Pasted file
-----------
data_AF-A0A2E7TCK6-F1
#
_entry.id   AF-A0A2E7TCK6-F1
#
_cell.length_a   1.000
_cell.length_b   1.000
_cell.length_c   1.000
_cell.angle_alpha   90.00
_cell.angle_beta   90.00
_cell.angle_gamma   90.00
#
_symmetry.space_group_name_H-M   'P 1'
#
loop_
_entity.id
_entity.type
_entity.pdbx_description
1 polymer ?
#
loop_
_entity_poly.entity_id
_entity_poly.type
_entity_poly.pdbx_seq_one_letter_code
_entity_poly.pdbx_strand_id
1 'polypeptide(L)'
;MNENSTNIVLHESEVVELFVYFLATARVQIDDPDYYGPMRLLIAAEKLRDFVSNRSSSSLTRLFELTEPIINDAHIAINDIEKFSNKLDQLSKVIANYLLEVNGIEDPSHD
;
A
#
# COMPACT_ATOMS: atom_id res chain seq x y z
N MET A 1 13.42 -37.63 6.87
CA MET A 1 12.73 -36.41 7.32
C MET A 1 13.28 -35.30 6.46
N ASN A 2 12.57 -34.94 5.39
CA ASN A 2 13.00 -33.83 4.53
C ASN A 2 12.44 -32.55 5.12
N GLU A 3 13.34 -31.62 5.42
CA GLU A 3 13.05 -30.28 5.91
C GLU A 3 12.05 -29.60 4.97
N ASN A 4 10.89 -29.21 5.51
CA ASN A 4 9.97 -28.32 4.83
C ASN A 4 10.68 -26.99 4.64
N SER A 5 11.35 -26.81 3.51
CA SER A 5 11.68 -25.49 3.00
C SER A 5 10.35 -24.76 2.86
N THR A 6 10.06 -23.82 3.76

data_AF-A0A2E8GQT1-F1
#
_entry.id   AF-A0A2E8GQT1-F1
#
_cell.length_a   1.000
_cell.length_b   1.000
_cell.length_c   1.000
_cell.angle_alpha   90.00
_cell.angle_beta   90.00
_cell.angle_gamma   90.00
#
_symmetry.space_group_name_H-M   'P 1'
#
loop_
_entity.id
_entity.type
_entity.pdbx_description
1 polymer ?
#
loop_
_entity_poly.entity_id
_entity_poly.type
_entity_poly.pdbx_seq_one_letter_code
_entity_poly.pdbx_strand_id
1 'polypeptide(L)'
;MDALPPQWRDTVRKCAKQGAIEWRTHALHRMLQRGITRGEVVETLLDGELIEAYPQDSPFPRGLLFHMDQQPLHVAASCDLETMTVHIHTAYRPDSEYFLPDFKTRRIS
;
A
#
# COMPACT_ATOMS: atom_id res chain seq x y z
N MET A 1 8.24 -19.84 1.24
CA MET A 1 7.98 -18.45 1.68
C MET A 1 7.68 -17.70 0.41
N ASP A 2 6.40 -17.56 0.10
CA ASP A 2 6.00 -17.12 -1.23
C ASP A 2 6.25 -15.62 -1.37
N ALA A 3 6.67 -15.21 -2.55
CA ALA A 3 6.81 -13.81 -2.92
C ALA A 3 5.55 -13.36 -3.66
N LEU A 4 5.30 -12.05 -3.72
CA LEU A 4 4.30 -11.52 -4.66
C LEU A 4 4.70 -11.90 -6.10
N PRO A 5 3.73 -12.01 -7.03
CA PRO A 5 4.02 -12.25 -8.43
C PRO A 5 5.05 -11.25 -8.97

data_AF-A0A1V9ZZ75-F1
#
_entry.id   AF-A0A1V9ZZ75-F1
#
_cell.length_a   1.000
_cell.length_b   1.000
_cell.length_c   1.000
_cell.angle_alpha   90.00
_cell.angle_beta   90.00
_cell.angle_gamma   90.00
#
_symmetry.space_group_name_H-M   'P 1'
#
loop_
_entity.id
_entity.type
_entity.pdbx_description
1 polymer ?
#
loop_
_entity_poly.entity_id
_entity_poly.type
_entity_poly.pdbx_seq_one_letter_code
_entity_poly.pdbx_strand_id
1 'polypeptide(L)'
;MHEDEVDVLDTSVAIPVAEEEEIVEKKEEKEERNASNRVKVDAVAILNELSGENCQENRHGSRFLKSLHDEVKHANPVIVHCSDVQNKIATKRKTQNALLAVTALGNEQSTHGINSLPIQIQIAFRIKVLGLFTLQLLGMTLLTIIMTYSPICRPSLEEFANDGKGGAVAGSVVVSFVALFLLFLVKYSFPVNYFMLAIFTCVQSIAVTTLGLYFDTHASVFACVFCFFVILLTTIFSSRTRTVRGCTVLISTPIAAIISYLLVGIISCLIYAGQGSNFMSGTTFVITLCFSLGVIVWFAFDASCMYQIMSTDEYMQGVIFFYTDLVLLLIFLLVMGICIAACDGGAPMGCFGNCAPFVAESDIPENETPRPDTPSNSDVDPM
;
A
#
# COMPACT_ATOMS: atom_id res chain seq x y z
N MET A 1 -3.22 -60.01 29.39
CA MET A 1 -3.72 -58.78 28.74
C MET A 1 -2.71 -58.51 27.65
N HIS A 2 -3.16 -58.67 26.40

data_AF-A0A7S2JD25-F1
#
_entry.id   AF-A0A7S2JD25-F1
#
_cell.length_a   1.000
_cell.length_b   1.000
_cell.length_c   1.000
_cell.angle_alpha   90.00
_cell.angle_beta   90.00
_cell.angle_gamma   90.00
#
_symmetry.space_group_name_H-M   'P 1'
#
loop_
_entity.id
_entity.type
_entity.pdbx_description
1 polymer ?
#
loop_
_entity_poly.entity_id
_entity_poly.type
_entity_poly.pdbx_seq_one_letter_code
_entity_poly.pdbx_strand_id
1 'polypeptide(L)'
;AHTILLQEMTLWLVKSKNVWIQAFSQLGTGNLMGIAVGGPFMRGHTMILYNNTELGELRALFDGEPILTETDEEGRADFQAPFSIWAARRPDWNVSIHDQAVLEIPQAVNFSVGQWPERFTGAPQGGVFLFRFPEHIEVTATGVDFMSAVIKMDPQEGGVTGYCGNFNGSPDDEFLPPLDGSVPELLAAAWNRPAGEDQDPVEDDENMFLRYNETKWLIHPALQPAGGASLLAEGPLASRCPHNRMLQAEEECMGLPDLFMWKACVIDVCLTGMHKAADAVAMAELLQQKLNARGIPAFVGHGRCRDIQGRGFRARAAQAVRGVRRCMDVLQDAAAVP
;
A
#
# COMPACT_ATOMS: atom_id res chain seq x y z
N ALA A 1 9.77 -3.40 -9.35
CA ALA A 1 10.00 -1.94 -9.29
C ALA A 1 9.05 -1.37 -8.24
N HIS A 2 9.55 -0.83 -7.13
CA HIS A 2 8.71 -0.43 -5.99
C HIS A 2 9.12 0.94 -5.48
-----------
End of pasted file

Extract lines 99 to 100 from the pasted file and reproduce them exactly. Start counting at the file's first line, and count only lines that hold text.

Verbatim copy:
_cell.angle_alpha   90.00
_cell.angle_beta   90.00